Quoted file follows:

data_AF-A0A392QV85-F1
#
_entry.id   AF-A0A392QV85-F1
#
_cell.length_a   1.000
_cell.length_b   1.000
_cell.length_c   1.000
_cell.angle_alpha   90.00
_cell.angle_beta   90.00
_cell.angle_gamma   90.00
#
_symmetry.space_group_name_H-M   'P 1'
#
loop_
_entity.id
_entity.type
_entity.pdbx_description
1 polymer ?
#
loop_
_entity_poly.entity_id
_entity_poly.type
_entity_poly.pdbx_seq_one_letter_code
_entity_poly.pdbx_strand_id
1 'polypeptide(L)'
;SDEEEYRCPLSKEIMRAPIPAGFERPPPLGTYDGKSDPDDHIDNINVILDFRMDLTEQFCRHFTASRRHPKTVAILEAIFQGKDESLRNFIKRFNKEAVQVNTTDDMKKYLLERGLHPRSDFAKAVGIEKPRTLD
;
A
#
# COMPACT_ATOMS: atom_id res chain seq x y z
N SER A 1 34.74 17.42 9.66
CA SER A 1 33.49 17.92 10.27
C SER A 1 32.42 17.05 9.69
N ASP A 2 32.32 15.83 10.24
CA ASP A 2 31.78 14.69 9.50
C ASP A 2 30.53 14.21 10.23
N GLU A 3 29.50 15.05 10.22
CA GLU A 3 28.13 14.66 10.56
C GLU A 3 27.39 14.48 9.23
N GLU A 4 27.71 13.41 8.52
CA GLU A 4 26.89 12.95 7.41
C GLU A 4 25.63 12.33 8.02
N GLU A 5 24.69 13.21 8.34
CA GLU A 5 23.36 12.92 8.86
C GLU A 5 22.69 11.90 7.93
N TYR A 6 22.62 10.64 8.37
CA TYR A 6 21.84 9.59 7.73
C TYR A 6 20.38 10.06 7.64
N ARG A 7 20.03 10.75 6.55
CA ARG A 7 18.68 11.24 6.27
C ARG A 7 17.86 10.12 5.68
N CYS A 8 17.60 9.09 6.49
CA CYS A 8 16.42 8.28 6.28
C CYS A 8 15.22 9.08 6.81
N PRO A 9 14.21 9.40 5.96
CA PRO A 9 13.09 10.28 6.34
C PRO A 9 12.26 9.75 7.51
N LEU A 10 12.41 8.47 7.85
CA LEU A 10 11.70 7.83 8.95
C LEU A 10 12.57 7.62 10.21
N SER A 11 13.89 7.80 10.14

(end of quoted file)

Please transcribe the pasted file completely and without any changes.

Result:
data_AF-A0A392QV85-F1
#
_entry.id   AF-A0A392QV85-F1
#
_cell.length_a   1.000
_cell.length_b   1.000
_cell.length_c   1.000
_cell.angle_alpha   90.00
_cell.angle_beta   90.00
_cell.angle_gamma   90.00
#
_symmetry.space_group_name_H-M   'P 1'
#
loop_
_entity.id
_entity.type
_entity.pdbx_description
1 polymer ?
#
loop_
_entity_poly.entity_id
_entity_poly.type
_entity_poly.pdbx_seq_one_letter_code
_entity_poly.pdbx_strand_id
1 'polypeptide(L)'
;SDEEEYRCPLSKEIMRAPIPAGFERPPPLGTYDGKSDPDDHIDNINVILDFRMDLTEQFCRHFTASRRHPKTVAILEAIFQGKDESLRNFIKRFNKEAVQVNTTDDMKKYLLERGLHPRSDFAKAVGIEKPRTLD
;
A
#
# COMPACT_ATOMS: atom_id res chain seq x y z
N SER A 1 34.74 17.42 9.66
CA SER A 1 33.49 17.92 10.27
C SER A 1 32.42 17.05 9.69
N ASP A 2 32.32 15.83 10.24
CA ASP A 2 31.78 14.69 9.50
C ASP A 2 30.53 14.21 10.23
N GLU A 3 29.50 15.05 10.22
CA GLU A 3 28.13 14.66 10.56
C GLU A 3 27.39 14.48 9.23
N GLU A 4 27.71 13.41 8.52
CA GLU A 4 26.89 12.95 7.41
C GLU A 4 25.63 12.33 8.02
N GLU A 5 24.69 13.21 8.34
CA GLU A 5 23.36 12.92 8.86
C GLU A 5 22.69 11.90 7.93
N TYR A 6 22.62 10.64 8.37
CA TYR A 6 21.84 9.59 7.73
C TYR A 6 20.38 10.06 7.64
N ARG A 7 20.03 10.75 6.55
CA ARG A 7 18.68 11.24 6.27
C ARG A 7 17.86 10.12 5.68
N CYS A 8 17.60 9.09 6.49
CA CYS A 8 16.42 8.28 6.28
C CYS A 8 15.22 9.08 6.81
N PRO A 9 14.21 9.40 5.96
CA PRO A 9 13.09 10.28 6.34
C PRO A 9 12.26 9.75 7.51
N LEU A 10 12.41 8.47 7.85
CA LEU A 10 11.70 7.83 8.95
C LEU A 10 12.57 7.62 10.21
N SER A 11 13.89 7.80 10.14